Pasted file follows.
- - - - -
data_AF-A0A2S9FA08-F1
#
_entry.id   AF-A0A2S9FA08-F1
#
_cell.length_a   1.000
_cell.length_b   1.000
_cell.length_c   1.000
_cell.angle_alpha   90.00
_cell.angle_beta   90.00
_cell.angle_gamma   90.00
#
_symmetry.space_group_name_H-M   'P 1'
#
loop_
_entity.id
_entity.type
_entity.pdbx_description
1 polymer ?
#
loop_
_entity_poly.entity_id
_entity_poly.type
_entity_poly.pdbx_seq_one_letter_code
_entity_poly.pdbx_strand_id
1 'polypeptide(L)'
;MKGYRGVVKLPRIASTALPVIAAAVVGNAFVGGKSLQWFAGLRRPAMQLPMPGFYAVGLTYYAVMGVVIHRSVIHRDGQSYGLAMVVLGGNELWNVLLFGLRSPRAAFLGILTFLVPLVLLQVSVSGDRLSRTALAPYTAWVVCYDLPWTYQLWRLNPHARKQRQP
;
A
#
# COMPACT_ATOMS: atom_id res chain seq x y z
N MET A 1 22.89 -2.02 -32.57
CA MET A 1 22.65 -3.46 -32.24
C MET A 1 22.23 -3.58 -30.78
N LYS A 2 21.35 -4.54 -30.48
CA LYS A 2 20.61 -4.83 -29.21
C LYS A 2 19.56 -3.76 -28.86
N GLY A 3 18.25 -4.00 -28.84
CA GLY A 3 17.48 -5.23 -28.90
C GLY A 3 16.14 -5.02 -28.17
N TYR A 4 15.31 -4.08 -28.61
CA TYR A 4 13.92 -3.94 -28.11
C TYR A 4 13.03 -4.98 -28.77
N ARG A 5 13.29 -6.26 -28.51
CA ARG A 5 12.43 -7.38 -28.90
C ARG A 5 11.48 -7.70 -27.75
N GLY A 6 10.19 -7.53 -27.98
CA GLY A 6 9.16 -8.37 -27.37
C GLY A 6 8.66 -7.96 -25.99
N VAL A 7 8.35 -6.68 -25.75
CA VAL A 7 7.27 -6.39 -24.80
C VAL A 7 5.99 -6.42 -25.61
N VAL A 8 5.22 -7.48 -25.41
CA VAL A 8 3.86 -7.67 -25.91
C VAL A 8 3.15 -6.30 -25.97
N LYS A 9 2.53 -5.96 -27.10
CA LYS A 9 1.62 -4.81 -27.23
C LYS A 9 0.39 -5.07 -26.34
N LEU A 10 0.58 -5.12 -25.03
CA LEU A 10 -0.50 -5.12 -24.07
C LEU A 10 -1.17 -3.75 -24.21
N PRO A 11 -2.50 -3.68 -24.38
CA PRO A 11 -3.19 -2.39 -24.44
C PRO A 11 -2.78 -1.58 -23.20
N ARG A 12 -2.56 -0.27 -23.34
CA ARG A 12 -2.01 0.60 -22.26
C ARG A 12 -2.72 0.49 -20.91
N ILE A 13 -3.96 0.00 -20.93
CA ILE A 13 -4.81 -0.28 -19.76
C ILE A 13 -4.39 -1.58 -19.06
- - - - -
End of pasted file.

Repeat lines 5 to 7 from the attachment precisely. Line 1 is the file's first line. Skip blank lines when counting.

_cell.length_a   1.000
_cell.length_b   1.000
_cell.length_c   1.000